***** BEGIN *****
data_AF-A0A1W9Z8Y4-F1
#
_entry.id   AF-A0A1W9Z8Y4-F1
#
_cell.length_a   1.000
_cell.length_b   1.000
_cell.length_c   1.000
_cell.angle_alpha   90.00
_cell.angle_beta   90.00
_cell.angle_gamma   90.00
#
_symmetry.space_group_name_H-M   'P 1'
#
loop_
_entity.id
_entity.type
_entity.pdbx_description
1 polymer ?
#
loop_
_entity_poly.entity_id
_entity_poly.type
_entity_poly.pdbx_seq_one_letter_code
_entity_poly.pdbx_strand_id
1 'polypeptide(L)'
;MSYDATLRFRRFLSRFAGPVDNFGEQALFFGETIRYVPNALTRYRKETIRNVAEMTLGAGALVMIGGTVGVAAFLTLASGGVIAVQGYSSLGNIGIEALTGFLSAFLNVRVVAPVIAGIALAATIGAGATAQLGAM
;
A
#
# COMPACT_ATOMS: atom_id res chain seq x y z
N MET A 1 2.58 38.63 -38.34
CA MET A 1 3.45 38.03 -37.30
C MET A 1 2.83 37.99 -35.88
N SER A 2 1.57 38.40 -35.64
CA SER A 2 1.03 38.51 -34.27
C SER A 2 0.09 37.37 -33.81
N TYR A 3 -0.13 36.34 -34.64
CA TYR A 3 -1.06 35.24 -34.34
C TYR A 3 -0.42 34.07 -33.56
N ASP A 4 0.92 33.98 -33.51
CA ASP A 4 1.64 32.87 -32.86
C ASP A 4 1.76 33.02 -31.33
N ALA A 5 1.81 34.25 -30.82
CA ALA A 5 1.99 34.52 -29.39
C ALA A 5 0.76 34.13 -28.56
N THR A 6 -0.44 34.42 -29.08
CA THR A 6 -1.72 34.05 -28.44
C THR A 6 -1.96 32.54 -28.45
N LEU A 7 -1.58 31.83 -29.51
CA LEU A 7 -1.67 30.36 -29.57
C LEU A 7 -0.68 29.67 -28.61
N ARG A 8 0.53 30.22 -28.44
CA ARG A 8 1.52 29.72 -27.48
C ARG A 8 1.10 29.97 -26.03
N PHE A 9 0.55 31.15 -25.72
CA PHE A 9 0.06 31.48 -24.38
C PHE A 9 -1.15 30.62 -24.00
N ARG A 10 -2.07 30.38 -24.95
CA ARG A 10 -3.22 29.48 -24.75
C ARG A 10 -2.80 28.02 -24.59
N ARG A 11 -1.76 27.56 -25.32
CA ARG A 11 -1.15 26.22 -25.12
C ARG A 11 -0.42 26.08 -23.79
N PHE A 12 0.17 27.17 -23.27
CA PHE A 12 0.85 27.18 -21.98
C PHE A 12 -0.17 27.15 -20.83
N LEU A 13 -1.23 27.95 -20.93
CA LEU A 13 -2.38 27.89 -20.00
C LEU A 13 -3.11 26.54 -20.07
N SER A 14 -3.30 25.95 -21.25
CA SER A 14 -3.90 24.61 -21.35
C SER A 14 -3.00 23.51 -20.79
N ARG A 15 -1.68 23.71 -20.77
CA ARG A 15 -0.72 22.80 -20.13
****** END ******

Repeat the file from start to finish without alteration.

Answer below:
data_AF-A0A1W9Z8Y4-F1
#
_entry.id   AF-A0A1W9Z8Y4-F1
#
_cell.length_a   1.000
_cell.length_b   1.000
_cell.length_c   1.000
_cell.angle_alpha   90.00
_cell.angle_beta   90.00
_cell.angle_gamma   90.00
#
_symmetry.space_group_name_H-M   'P 1'
#
loop_
_entity.id
_entity.type
_entity.pdbx_description
1 polymer ?
#
loop_
_entity_poly.entity_id
_entity_poly.type
_entity_poly.pdbx_seq_one_letter_code
_entity_poly.pdbx_strand_id
1 'polypeptide(L)'
;MSYDATLRFRRFLSRFAGPVDNFGEQALFFGETIRYVPNALTRYRKETIRNVAEMTLGAGALVMIGGTVGVAAFLTLASGGVIAVQGYSSLGNIGIEALTGFLSAFLNVRVVAPVIAGIALAATIGAGATAQLGAM
;
A
#
# COMPACT_ATOMS: atom_id res chain seq x y z
N MET A 1 2.58 38.63 -38.34
CA MET A 1 3.45 38.03 -37.30
C MET A 1 2.83 37.99 -35.88
N SER A 2 1.57 38.40 -35.64
CA SER A 2 1.03 38.51 -34.27
C SER A 2 0.09 37.37 -33.81
N TYR A 3 -0.13 36.34 -34.64
CA TYR A 3 -1.06 35.24 -34.34
C TYR A 3 -0.42 34.07 -33.56
N ASP A 4 0.92 33.98 -33.51
CA ASP A 4 1.64 32.87 -32.86
C ASP A 4 1.76 33.02 -31.33
N ALA A 5 1.81 34.25 -30.82
CA ALA A 5 1.99 34.52 -29.39
C ALA A 5 0.76 34.13 -28.56
N THR A 6 -0.44 34.42 -29.08
CA THR A 6 -1.72 34.05 -28.44
C THR A 6 -1.96 32.54 -28.45
N LEU A 7 -1.58 31.83 -29.51
CA LEU A 7 -1.67 30.36 -29.57
C LEU A 7 -0.68 29.67 -28.61
N ARG A 8 0.53 30.22 -28.44
CA ARG A 8 1.52 29.72 -27.48
C ARG A 8 1.10 29.97 -26.03
N PHE A 9 0.55 31.15 -25.72
CA PHE A 9 0.06 31.48 -24.38
C PHE A 9 -1.15 30.62 -24.00
N ARG A 10 -2.07 30.38 -24.95
CA ARG A 10 -3.22 29.48 -24.75
C ARG A 10 -2.80 28.02 -24.59
N ARG A 11 -1.76 27.56 -25.32
CA ARG A 11 -1.15 26.22 -25.12
C ARG A 11 -0.42 26.08 -23.79
N PHE A 12 0.17 27.17 -23.27
CA PHE A 12 0.85 27.18 -21.98
C PHE A 12 -0.17 27.15 -20.83
N LEU A 13 -1.23 27.95 -20.93
CA LEU A 13 -2.38 27.89 -20.00
C LEU A 13 -3.11 26.54 -20.07
N SER A 14 -3.30 25.95 -21.25
CA SER A 14 -3.90 24.61 -21.35
C SER A 14 -3.00 23.51 -20.79
N ARG A 15 -1.68 23.71 -20.77
CA ARG A 15 -0.72 22.80 -20.13